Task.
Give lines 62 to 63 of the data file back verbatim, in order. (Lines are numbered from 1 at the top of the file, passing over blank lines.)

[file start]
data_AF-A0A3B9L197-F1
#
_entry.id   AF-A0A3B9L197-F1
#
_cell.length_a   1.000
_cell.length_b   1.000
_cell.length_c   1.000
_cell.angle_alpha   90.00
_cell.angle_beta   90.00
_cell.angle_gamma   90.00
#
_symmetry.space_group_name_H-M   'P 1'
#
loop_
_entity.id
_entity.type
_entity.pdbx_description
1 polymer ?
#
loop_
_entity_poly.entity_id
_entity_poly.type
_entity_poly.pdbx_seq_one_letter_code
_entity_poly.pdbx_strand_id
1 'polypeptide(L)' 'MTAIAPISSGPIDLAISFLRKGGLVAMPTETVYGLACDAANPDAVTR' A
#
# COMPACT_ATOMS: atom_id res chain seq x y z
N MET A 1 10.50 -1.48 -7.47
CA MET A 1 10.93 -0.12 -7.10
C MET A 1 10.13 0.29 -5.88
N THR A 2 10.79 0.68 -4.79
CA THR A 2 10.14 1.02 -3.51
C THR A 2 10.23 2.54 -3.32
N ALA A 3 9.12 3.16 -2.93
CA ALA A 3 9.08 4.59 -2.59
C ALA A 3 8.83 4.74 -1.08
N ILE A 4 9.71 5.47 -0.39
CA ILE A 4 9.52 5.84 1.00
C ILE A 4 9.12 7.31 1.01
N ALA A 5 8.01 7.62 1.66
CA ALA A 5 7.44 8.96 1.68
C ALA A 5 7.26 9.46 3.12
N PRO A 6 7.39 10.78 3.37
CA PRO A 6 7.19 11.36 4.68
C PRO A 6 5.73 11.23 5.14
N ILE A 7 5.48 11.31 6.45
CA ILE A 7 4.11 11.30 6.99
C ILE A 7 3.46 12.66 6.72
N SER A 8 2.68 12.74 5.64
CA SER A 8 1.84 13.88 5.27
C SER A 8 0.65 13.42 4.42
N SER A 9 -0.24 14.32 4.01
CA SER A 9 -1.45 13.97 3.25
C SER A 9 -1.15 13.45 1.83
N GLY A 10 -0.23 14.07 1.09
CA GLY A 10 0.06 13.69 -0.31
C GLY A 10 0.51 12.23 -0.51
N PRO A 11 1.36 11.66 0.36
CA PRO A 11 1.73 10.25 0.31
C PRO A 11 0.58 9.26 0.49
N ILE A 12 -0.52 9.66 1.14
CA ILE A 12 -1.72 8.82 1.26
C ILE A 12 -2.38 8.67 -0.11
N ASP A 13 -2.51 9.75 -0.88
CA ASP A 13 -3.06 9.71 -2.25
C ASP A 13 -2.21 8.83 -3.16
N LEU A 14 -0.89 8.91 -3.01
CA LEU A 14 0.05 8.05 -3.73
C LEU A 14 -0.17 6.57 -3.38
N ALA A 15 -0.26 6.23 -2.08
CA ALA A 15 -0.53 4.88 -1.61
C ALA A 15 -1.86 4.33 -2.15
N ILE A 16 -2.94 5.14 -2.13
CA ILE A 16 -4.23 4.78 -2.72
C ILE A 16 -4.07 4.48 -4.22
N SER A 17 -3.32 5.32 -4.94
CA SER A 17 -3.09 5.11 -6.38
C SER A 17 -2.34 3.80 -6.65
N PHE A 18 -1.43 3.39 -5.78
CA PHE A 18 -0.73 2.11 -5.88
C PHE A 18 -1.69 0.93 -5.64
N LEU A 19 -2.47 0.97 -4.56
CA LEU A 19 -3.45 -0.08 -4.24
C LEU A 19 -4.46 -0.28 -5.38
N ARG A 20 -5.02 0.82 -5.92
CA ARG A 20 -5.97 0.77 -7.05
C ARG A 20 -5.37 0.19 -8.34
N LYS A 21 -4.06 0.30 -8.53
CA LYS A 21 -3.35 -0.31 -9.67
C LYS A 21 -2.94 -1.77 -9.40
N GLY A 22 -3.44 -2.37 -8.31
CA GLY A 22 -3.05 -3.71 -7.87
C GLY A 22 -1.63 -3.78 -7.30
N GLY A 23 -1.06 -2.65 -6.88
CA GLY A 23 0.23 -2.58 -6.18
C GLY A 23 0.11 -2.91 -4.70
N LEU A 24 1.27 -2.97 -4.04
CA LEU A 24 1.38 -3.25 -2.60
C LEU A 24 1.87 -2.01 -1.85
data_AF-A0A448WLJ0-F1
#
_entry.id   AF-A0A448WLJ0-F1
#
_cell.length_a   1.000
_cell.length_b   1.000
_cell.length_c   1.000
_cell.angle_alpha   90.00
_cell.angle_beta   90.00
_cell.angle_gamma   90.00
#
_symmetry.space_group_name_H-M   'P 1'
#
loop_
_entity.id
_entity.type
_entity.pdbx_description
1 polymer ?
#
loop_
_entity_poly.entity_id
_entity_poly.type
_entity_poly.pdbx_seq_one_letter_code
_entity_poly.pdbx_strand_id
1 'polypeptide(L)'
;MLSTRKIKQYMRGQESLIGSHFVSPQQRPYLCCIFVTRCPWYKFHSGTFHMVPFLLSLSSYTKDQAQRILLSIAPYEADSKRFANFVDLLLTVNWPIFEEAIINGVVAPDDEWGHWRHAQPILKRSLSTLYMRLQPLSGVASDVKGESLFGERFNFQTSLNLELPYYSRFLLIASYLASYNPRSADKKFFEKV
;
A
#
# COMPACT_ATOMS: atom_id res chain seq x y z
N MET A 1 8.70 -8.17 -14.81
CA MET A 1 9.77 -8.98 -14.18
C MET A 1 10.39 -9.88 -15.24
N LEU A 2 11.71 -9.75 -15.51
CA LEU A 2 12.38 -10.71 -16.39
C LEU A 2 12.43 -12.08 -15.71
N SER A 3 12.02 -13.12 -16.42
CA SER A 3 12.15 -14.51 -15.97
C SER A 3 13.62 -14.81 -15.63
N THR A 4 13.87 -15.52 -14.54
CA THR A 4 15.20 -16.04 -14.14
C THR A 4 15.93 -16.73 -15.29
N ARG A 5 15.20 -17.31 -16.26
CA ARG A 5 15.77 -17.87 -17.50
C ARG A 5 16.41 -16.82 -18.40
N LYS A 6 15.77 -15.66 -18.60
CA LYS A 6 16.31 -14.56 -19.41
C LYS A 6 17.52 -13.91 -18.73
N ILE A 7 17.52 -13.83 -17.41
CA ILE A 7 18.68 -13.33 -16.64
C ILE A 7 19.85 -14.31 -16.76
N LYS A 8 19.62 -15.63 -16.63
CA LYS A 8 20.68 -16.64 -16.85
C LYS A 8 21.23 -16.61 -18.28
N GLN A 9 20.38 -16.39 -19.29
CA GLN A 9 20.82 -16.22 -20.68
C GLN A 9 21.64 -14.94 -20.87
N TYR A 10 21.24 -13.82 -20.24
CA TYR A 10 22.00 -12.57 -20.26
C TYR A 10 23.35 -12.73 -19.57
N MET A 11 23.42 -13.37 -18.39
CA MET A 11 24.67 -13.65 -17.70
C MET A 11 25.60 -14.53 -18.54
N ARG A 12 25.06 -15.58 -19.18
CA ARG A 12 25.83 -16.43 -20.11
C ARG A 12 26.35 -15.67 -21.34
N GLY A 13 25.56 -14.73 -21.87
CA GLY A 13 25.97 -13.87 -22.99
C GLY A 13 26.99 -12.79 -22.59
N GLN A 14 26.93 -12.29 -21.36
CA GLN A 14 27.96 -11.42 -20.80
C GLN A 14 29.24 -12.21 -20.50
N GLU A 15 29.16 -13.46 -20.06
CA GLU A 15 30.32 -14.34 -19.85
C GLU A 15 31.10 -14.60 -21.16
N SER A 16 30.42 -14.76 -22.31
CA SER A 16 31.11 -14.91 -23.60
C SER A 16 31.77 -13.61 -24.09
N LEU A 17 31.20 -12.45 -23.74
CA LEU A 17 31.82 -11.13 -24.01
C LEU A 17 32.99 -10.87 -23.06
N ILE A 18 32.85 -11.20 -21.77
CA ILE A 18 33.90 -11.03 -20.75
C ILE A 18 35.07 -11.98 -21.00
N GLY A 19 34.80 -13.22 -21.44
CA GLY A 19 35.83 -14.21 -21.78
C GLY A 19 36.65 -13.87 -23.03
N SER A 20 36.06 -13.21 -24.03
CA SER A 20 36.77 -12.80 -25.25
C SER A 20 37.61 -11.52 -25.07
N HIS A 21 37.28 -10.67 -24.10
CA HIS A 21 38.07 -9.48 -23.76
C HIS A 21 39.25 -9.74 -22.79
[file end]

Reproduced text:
CA ILE A 12 -1.72 8.82 1.26
C ILE A 12 -2.38 8.67 -0.11